Diversity and Inclusion in Violin Performance

Dr. Nicole Cherry is Assistant Professor of Violin at The University of…
Add to my Calendar 2021-01-27 17:00:00 2021-01-27 18:00:00 Diversity and Inclusion in Violin Performance Dr. Nicole Cherry is Assistant Professor of Violin at The University of Texas at San Antonio and second violinist of the award-winning Marian Anderson String Quartet. Based in Texas for over twenty years, Dr. Cherry is a dedicated teacher and has held artist-teacher residencies at Texas A&M, Prairie View A&M, University of Washington, and Brown University where she has trained promising string players of all ages.  Dr. Cherry received her Master of Music degree from the Juilliard School with training that has exposed her to the teaching and mentorship of the world’s most distinguished artists such as members of the Guarneri, Juilliard, Emerson, Colorado and the Takács String Quartet; as well as esteemed violinists including Isidore Cohen, Erick Friedman, Joseph Fuchs, Felix Galimir, and renowned Baroque violinist, Jaap Schroeder.  She has performed in ensembles conducted by Pierre Boulez, Leonard Slatkin, David Zinman, and as concertmaster under the baton of Mstislav Rostropovich. Dr. Cherry received her Bachelor of Music degree from University of Maryland and completed a Doctor of Musical Arts degree from Texas Tech University where she studied with Annie Chalex Boyle. Dr. Cherry has also received graduate fellowships from the Peabody Institute of Music and Rice University’s Shepherd School of Music. Dr. Cherry has performed extensively as a soloist and chamber musician in such venues as the Library of Congress, the Kennedy Center, Strathmore Hall, Lincoln Center and Carnegie Hall. She has performed in Europe, the Middle East and Asia including a tour as a featured soloist in Israel, Egypt, Jordan, and South Africa. During this tour, Dr. Cherry had the honor of performing before the Queen Noor of Jordan and sharing music with underdeveloped townships in Johannesburg during Apartheid.  Comfortable in various styles of music, Dr. Cherry has shared the stage with a diverse list of artists such as members of prestigious chamber ensembles; the International Contemporary Ensemble, the San Francisco Contemporary Chamber Players, the American Chamber Players, the Colorado, Pacifica, Audubon, Penderecki and Cleveland Quartets as well great jazz pianist Stanley Cowell, gospel music icon, Richard Smallwood, and the late Whitney Houston.  Dr. Cherry has made several radio and television appearances with solo performances at some of the world’s most prestigious festivals including the Banff Centre for the Arts and Creativity, and the Pablo Casals Festival. Dr. Cherry has also presented and performed at the Hawaii International Conference on the Arts, Texas Music Educators Association Conference, American String Teacher’s Association Conference, Chamber Music America Conference, Hot Springs Music Festival, American Festival of the Arts, and the Interlochen Center for the Arts. Dr. Cherry serves on the Texas ASTA Board and beginning summer 2021, Dr. Cherry joins the faculty of Apple Hill Center for Chamber Music. As a member of the Marian Anderson String Quartet, artistic endeavors have brought them to venues such as New York City’s Lincoln Center, Merkin Hall, the Ravinia Festival, the Fischoff Chamber Music Foundation, Washington DC area’s Strathmore Hall, the Smithsonian Institute as well as a recent TEDx Talk hosted by Blinn College, in Bryan, Texas.  Dr. Cherry served as President of the Marian Anderson String Quartet Community Music School, Inc. and Artistic Director of the Marian Anderson String Quartet Summer Chamber Music Institute in its Texas and St. Thomas, Virgin Islands locations. In recognition of committed music outreach with the quartet, Dr. Cherry garnered two Mayoral Proclamations, Chamber Music America’s Guarneri String Quartet Award, the Congress of Racial Equality’s MLK JR. Award for Outstanding Arts Achievement, as well as a $200,000 grant to tour the US from the Texaco Foundation partnered with Da Camera of Houston. A champion of new music, Dr. Cherry has commissioned several works including companion pieces based on her research of 19th century Afro-European violinist, George Bridgetower (The ForgewithGeorge Music Project - 2033). Commissions include Berklee College composer, David Wallace’s 2017 work, “The Bridgetower” for speaking, singing, solo violinist, which incorporates the text of Pulitzer Prize winning poet Rita Dove’s book, “Sonata Mulattica.” Dr. Cherry has since premiered the work all over the US, and Canada with scheduled dates in Europe. Subsequent commissions include composers, Jessie Cox, Yvette Janine Jackson, Philip Wharton and Grammy-nominated composer, D. J. Sparr. Upcoming projects include a recording of these new works with Albany Records and a major publication of Beethoven’s Sonata for Piano and Violin, Op. 47 with the inclusion of George Bridgetower’s original performance embellishments and his original compositions. Dr. Cherry’s doctoral research on the nineteenth-century Afro-European violin virtuoso, George Bridgetower, which explores historical socio-cultural theories in string music, led to a featured performance at the President’s Lecture Series opening for renowned orator, Michael Eric Dyson followed by featured interview segments on Lubbock, Texas' NPR Station, KTTZ and PBS TV. Dr. Cherry is also the recipient of Texas Tech University’s Paul Whitfield Horn Award and the President’s Excellence in Diversity and Equity Award. The Juilliard School profiled Dr. Cherry in the Juilliard Journal’s 100th-anniversary issue, “A Quiet Revolution: Juilliard Alumni and the Transformation of Education in America Through the Arts.”   Live on Zoom Tomas Cotik Tomas Cotik America/Los_Angeles public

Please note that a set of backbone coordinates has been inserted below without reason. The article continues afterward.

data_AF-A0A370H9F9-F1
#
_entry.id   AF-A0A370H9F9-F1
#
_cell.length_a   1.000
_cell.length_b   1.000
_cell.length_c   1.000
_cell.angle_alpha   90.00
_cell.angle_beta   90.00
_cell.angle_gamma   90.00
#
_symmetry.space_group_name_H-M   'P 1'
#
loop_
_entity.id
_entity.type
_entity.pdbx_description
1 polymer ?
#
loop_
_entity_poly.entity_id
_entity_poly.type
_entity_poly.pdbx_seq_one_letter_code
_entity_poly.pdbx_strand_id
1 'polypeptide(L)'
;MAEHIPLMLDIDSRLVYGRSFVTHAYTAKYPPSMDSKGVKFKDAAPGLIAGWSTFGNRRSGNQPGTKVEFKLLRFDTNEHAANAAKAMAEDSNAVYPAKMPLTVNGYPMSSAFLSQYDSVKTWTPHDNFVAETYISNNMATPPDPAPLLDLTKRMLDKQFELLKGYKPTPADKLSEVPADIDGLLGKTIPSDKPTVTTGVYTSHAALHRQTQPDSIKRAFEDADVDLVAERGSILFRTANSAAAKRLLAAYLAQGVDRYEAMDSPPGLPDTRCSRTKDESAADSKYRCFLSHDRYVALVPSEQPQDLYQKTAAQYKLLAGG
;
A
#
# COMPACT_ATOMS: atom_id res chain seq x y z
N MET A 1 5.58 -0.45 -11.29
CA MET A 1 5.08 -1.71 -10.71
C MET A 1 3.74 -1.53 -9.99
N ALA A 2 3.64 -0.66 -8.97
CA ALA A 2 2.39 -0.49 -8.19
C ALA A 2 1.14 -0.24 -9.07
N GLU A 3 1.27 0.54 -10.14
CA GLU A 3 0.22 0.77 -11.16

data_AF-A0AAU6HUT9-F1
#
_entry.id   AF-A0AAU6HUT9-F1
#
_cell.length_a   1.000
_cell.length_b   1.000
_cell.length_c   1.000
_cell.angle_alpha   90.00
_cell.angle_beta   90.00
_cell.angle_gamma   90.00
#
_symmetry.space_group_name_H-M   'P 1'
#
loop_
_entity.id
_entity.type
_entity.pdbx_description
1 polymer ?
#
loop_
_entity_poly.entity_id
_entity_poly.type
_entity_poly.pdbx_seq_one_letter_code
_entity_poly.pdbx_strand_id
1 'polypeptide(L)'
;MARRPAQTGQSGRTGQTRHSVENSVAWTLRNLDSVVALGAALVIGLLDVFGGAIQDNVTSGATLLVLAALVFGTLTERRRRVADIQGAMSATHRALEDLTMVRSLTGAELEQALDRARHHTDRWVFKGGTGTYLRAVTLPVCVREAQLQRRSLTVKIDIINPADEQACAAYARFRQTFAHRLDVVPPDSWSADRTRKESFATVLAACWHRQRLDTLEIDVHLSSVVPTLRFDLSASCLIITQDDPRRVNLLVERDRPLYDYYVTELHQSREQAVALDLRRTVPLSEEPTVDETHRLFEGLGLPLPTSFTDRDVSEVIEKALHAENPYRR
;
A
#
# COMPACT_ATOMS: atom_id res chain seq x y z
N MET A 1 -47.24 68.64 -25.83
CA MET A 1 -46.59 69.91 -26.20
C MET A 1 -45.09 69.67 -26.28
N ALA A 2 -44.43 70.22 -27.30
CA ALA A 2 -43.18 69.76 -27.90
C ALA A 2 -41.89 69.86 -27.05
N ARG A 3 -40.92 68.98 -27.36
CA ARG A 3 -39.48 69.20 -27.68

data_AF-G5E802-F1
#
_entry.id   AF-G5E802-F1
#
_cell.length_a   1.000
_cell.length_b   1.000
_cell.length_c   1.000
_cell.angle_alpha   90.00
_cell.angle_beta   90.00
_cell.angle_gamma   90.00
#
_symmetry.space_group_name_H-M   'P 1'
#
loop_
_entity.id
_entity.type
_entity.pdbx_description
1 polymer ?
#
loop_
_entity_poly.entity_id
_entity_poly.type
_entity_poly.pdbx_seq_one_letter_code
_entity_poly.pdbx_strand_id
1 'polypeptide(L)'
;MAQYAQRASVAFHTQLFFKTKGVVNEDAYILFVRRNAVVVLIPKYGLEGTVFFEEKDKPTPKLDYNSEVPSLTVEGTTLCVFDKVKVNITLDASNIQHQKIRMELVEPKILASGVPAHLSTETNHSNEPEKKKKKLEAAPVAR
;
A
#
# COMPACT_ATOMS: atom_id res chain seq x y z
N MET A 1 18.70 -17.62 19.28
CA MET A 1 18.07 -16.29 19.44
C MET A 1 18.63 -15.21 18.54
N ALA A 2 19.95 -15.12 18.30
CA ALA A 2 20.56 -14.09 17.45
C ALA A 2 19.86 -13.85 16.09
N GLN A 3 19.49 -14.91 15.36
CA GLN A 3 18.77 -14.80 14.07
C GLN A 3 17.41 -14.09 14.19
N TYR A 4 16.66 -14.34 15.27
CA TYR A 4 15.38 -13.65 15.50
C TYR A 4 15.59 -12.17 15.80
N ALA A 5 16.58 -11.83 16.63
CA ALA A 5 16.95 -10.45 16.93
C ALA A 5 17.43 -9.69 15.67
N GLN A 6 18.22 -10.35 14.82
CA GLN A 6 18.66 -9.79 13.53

Noon Concert: Rory Cowal

Presenting a concert of solo piano music, Rory Cowal will perform works by…